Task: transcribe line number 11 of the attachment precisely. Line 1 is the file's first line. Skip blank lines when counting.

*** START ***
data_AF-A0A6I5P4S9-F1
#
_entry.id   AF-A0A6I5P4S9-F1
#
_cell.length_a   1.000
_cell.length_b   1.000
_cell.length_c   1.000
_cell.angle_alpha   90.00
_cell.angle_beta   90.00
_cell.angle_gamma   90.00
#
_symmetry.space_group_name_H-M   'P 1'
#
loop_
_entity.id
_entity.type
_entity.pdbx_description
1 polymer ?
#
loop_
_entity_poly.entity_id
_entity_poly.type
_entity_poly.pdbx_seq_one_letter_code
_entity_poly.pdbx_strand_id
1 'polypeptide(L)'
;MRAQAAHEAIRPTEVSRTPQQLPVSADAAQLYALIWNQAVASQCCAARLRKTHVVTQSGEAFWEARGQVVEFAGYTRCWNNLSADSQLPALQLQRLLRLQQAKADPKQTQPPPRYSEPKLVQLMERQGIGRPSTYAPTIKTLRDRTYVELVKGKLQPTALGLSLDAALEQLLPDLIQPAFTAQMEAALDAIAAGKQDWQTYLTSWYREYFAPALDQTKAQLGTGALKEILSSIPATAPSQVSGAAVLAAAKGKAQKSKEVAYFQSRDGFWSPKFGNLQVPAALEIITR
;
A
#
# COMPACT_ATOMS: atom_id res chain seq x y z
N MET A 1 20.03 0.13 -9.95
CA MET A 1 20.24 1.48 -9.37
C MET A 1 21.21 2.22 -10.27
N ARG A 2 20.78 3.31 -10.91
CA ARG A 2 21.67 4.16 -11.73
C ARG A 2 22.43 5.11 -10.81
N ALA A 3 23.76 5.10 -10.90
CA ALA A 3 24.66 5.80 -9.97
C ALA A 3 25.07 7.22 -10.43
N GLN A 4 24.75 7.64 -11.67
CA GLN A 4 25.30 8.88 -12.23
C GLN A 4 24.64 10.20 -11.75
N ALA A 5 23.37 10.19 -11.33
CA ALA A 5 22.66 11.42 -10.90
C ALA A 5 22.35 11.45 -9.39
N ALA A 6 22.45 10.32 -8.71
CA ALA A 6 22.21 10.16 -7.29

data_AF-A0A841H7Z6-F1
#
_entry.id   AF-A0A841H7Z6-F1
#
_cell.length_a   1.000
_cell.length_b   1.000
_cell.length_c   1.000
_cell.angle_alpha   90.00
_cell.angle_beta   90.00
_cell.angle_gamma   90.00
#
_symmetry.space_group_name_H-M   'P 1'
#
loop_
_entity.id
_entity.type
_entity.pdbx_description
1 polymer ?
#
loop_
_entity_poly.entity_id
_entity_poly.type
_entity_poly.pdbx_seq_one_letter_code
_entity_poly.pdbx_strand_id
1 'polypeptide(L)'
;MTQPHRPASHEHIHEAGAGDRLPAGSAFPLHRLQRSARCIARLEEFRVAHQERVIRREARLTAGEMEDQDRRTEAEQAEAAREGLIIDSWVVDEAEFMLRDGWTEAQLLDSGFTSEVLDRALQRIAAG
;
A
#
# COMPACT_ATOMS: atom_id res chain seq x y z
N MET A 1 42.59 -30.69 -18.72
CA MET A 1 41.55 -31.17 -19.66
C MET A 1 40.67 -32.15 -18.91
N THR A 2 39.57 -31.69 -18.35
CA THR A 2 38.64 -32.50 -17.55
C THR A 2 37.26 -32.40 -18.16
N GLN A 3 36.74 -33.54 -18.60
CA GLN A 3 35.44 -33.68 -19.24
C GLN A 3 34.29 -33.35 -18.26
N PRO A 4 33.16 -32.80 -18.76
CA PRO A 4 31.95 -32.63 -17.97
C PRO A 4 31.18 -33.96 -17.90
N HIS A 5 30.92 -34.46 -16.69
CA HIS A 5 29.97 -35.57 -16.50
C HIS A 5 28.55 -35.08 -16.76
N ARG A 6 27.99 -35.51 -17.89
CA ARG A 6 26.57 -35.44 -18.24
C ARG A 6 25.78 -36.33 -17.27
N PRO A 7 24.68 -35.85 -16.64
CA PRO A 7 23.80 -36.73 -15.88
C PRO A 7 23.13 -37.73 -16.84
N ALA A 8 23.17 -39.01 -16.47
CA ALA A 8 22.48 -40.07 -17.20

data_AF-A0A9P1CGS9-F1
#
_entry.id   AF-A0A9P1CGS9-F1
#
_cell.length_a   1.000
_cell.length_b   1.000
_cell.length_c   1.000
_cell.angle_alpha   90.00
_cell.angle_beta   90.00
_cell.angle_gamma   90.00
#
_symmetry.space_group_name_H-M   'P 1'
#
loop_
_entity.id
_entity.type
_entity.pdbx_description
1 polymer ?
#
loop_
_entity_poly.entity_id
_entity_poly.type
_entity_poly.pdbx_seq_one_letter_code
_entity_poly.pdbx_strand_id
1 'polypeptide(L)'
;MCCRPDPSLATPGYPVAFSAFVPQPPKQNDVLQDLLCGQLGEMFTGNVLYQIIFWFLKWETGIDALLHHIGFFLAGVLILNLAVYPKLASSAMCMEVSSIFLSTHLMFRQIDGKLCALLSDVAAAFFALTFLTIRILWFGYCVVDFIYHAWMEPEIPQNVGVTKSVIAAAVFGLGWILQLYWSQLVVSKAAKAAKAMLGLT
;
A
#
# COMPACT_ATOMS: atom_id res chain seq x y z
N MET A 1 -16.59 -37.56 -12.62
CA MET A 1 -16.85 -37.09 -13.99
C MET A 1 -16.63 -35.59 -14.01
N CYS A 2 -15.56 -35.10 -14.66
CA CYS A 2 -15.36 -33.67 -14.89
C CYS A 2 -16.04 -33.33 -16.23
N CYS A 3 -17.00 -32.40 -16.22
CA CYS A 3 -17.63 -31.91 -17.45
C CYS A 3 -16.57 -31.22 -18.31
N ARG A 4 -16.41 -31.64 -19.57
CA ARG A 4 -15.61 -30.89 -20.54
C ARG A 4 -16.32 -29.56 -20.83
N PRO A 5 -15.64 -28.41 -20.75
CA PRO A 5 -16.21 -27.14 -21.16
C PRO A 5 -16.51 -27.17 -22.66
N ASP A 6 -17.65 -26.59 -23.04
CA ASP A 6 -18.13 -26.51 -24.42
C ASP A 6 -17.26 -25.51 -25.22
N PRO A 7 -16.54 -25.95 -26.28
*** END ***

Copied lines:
#